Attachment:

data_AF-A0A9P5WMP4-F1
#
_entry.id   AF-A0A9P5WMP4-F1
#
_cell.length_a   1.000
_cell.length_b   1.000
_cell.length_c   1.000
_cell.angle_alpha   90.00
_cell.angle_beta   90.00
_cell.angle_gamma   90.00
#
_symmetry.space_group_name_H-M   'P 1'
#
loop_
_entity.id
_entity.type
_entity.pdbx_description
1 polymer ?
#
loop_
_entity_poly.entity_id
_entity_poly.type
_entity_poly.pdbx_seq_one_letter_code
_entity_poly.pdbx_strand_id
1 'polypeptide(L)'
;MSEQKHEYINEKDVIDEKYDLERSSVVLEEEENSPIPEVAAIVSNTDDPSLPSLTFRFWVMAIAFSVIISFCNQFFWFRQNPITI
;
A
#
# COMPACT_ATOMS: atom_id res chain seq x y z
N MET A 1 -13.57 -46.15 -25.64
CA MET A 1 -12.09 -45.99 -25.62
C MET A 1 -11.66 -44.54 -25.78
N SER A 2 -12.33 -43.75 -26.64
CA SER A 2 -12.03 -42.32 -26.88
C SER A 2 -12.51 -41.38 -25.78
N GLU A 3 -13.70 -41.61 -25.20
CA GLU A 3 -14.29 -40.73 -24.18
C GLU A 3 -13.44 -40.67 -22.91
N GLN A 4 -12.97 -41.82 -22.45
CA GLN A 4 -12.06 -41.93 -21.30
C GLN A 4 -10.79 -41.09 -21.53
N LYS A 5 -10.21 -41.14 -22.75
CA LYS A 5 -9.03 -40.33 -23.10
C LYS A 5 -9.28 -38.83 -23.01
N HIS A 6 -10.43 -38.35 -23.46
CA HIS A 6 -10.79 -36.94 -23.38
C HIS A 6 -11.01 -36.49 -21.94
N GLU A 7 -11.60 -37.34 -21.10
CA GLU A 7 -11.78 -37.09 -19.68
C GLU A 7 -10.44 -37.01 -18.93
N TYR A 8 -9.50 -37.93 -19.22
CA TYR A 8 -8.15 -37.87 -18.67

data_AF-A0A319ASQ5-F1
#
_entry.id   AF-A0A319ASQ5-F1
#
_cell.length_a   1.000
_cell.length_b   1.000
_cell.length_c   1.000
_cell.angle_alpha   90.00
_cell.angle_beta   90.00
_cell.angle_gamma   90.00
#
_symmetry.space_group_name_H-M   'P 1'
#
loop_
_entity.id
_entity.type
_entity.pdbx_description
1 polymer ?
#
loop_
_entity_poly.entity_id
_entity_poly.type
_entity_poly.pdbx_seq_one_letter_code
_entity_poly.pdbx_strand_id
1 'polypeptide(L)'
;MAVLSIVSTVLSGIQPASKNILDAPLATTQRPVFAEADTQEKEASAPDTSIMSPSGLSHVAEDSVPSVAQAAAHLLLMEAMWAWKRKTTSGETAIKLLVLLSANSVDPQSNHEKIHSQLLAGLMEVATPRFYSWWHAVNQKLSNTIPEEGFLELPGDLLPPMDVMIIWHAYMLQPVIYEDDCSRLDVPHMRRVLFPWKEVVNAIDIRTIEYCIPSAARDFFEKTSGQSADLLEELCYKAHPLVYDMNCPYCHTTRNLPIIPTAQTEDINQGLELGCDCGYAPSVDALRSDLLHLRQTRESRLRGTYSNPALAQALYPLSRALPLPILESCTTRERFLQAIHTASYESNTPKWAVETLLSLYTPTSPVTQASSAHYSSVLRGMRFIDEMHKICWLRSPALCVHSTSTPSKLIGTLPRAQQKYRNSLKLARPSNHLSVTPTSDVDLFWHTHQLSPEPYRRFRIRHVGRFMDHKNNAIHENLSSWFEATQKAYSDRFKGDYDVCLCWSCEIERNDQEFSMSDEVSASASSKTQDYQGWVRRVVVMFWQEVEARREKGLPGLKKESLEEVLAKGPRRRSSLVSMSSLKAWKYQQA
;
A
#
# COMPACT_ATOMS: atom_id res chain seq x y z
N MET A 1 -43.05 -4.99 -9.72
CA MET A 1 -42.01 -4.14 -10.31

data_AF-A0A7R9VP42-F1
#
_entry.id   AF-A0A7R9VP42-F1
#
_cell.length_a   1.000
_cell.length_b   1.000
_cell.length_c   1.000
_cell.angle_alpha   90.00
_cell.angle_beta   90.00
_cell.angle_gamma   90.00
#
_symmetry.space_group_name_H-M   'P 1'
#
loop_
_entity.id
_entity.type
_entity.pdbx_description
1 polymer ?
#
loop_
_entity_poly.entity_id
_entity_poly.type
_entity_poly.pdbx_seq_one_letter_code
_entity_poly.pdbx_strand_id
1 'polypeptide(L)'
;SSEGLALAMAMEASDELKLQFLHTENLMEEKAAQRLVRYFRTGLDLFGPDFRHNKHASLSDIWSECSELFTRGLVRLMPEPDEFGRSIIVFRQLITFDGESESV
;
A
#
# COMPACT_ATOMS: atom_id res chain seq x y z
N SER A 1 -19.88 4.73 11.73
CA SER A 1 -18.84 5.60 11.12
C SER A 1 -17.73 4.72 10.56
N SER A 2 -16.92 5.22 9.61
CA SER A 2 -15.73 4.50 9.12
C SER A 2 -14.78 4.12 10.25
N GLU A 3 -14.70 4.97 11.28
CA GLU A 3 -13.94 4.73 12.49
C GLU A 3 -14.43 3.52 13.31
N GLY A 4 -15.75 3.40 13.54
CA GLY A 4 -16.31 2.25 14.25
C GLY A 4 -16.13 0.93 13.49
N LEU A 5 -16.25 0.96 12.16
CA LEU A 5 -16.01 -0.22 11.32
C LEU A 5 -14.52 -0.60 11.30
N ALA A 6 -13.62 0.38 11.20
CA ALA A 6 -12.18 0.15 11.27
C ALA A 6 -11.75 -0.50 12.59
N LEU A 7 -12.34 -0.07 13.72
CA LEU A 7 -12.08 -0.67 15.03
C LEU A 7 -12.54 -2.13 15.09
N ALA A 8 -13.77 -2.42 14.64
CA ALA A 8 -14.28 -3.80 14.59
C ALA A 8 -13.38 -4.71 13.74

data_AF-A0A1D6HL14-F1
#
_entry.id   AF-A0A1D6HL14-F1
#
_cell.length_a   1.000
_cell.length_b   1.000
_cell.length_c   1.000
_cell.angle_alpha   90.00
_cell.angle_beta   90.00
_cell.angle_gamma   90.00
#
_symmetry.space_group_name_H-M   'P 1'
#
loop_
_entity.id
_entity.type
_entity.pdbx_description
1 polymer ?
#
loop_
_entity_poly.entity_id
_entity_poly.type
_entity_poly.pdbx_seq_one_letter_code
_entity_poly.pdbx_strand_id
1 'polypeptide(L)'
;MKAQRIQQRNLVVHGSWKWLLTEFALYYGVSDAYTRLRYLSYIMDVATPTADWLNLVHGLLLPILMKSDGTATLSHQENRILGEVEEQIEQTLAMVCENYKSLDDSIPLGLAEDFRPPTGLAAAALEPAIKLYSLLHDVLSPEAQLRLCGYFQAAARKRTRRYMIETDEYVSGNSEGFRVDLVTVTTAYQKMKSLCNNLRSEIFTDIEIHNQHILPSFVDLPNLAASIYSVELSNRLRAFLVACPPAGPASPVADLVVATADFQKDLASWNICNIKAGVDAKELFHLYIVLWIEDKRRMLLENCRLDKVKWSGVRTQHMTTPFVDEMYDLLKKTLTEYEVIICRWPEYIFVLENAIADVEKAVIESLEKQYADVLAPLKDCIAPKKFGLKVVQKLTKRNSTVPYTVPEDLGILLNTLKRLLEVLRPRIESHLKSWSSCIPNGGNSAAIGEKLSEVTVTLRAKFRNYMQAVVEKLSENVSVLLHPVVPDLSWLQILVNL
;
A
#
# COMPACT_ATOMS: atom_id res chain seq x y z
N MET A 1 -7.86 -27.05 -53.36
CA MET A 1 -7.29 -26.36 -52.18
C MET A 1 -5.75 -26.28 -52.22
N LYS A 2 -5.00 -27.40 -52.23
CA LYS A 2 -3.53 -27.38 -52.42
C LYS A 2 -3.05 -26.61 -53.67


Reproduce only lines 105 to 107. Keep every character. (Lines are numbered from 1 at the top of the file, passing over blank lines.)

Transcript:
loop_
_entity_poly.entity_id
_entity_poly.type